Walking around your house is a familiar thing, you can even do it with your eyes closed. Yet what if you could remember yourself walking through your house, driving or just living day to day life like you already did it?

This creepy feeling is called Déjà vu and is common among humans and some primates. No one quite knows what causes this feeling, although there is a 23-year-old man from Great Britain who has been living in this strange realm for quite some time.

What caused this phenomenon in the British man?

Scientists say it is stress and a misfiring in the temporal lobes of the brain. The man experienced a history of anxiety and OCD impulses; however, these were by no means chronic mental disorders. He claims that the episodes came on when he entered university and became a frequent user of LSD (a hallucinogenic drug).

When he referred to specialists in 2008, each of the tests came back entirely normal, no notable discrepancy. This is the first time that there is a provable link between stress and the persistent déjà vu syndrome.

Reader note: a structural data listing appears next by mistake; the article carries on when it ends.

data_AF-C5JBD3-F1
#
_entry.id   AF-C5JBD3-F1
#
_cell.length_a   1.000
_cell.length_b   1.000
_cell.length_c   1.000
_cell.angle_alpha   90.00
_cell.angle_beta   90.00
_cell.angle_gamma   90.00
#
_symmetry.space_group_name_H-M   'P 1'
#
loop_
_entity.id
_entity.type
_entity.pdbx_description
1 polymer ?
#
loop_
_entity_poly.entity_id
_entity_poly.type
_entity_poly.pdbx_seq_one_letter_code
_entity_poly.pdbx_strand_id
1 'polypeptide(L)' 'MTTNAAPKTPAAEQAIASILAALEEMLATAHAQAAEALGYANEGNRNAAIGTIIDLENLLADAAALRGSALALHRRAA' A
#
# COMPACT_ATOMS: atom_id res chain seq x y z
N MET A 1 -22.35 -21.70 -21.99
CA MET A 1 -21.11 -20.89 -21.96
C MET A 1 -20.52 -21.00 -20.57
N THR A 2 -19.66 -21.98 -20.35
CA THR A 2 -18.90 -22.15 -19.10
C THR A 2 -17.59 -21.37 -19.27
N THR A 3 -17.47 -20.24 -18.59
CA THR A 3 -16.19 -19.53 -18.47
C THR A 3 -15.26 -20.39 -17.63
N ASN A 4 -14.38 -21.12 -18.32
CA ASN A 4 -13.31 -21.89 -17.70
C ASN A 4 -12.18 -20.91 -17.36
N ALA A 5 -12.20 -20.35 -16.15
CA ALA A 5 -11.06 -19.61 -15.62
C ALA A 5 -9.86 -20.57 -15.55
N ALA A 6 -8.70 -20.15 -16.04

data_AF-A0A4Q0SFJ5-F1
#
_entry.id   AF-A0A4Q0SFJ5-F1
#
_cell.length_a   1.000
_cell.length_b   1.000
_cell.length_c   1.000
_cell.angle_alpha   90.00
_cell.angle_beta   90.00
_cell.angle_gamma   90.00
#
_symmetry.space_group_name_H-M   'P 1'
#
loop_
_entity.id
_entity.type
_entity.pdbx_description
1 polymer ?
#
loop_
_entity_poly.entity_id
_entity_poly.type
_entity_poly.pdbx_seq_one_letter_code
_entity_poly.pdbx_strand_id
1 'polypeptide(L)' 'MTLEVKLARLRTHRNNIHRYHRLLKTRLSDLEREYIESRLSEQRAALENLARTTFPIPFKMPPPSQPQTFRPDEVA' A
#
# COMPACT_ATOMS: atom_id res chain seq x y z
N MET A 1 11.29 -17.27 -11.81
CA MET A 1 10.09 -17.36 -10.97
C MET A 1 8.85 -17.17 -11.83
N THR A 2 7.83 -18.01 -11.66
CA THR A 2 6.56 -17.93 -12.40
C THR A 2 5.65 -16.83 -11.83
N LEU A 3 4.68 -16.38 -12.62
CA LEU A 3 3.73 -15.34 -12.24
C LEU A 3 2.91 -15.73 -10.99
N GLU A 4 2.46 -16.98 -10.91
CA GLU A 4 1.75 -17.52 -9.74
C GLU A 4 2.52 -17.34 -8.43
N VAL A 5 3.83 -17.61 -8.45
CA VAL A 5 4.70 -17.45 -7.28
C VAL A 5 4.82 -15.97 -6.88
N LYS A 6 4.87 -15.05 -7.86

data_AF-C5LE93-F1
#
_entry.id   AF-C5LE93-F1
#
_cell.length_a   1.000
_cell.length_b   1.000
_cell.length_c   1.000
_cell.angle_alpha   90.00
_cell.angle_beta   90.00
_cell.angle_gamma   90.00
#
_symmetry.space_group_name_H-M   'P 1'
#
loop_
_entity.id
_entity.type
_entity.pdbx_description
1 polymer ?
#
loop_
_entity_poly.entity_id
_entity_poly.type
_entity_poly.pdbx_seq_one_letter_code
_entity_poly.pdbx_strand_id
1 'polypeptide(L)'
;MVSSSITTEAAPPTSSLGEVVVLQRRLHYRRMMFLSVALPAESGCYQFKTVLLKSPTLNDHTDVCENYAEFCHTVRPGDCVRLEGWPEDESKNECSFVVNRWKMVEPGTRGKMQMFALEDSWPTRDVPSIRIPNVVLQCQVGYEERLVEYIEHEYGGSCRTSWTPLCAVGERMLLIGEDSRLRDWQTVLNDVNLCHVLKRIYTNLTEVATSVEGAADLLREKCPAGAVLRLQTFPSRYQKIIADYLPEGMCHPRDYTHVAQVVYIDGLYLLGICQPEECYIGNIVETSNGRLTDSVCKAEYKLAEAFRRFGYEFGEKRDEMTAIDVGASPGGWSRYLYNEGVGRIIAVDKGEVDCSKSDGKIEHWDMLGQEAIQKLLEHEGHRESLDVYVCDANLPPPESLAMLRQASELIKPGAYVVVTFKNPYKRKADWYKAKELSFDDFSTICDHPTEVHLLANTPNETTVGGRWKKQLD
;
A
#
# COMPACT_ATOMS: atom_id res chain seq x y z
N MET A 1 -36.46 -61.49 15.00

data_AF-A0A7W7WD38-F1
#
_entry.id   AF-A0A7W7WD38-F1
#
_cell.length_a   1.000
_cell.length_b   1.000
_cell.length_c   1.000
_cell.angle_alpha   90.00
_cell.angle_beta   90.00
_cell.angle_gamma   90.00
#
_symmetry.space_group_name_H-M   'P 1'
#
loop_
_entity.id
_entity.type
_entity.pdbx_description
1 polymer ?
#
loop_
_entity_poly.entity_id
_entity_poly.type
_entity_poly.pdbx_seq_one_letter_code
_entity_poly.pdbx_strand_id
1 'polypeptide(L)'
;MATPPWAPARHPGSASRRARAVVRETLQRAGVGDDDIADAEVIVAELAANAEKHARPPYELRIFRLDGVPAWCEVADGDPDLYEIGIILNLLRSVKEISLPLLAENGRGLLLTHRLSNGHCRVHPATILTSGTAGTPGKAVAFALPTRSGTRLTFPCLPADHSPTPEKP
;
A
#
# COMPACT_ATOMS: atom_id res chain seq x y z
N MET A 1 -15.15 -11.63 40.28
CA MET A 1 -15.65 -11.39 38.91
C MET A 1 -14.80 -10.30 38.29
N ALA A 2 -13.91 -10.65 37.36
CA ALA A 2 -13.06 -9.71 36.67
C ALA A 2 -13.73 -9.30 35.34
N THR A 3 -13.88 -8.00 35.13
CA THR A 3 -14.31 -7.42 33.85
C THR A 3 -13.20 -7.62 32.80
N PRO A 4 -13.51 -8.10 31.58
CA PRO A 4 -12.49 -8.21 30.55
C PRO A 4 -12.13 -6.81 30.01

What does that mean for everyone else?

In all reality, nothing, yet it could explain certain moments when a person does experience these feelings. When a person is under extreme stress, their body goes into the flight of fight mode, which if pushed enough, can give you the type of out of body experience.

That, in turn, can give you that sinking feeling (if you think you remember a bad event) or even when you are expecting a surprise at all. Ultimately, this means that students, new drivers, shoppers, anyone can experience déjà vu at any given time. While not every great stress moments will bring these feelings on, it is something to consider.

The fact that this man had quit his school and continued to undergo these moments still baffles scientists. There is a consensus that the man, and thousands of others around the globe (who are not documented), undergo a vicious cycle of a misfire in the neurons of the brain.

That misfire causes a spike in anxiety. This misfire causes the déjà vu which causes more anxiety. The cycle is completed when the threshold level for the neuron is reached (due to anxiety), and it misfires once more.

There is hope for people suffering from anxiety, which could turn into a horrible “trip” from déjà vu. Drugs that block the neurons that cause stress seem to help with the root cause, as for if it prevents these moments of “been there, done that” has yet to be seen. Overall, if you are trying to reduce your risks of having a déjà vu moment, lower your stress and anxiety levels.

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